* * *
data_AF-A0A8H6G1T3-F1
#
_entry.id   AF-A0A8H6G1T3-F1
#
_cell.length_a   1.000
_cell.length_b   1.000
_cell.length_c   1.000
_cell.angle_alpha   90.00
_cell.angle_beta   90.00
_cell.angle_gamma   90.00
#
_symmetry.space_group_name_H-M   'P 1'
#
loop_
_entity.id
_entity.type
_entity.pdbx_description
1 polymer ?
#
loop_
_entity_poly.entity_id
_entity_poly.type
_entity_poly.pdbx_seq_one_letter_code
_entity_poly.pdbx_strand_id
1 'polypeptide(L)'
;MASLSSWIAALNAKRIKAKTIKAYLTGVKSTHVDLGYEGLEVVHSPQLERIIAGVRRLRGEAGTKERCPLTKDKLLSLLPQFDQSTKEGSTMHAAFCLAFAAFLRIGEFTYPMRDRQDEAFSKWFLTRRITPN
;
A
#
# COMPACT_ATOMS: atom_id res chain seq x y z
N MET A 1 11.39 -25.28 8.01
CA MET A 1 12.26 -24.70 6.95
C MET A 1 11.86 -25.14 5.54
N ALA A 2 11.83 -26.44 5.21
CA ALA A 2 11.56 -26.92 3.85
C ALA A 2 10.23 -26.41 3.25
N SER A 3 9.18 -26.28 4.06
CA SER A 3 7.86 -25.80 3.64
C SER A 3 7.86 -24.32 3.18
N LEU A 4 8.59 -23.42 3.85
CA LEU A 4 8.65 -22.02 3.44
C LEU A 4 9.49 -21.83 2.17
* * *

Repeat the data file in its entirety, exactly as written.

data_AF-A0A8H6G1T3-F1
#
_entry.id   AF-A0A8H6G1T3-F1
#
_cell.length_a   1.000
_cell.length_b   1.000
_cell.length_c   1.000
_cell.angle_alpha   90.00
_cell.angle_beta   90.00
_cell.angle_gamma   90.00
#
_symmetry.space_group_name_H-M   'P 1'
#
loop_
_entity.id
_entity.type
_entity.pdbx_description
1 polymer ?
#
loop_
_entity_poly.entity_id
_entity_poly.type
_entity_poly.pdbx_seq_one_letter_code
_entity_poly.pdbx_strand_id
1 'polypeptide(L)'
;MASLSSWIAALNAKRIKAKTIKAYLTGVKSTHVDLGYEGLEVVHSPQLERIIAGVRRLRGEAGTKERCPLTKDKLLSLLPQFDQSTKEGSTMHAAFCLAFAAFLRIGEFTYPMRDRQDEAFSKWFLTRRITPN
;
A
#
# COMPACT_ATOMS: atom_id res chain seq x y z
N MET A 1 11.39 -25.28 8.01
CA MET A 1 12.26 -24.70 6.95
C MET A 1 11.86 -25.14 5.54
N ALA A 2 11.83 -26.44 5.21
CA ALA A 2 11.56 -26.92 3.85
C ALA A 2 10.23 -26.41 3.25
N SER A 3 9.18 -26.28 4.06
CA SER A 3 7.86 -25.80 3.64
C SER A 3 7.86 -24.32 3.18
N LEU A 4 8.59 -23.42 3.85
CA LEU A 4 8.65 -22.02 3.44
C LEU A 4 9.49 -21.83 2.17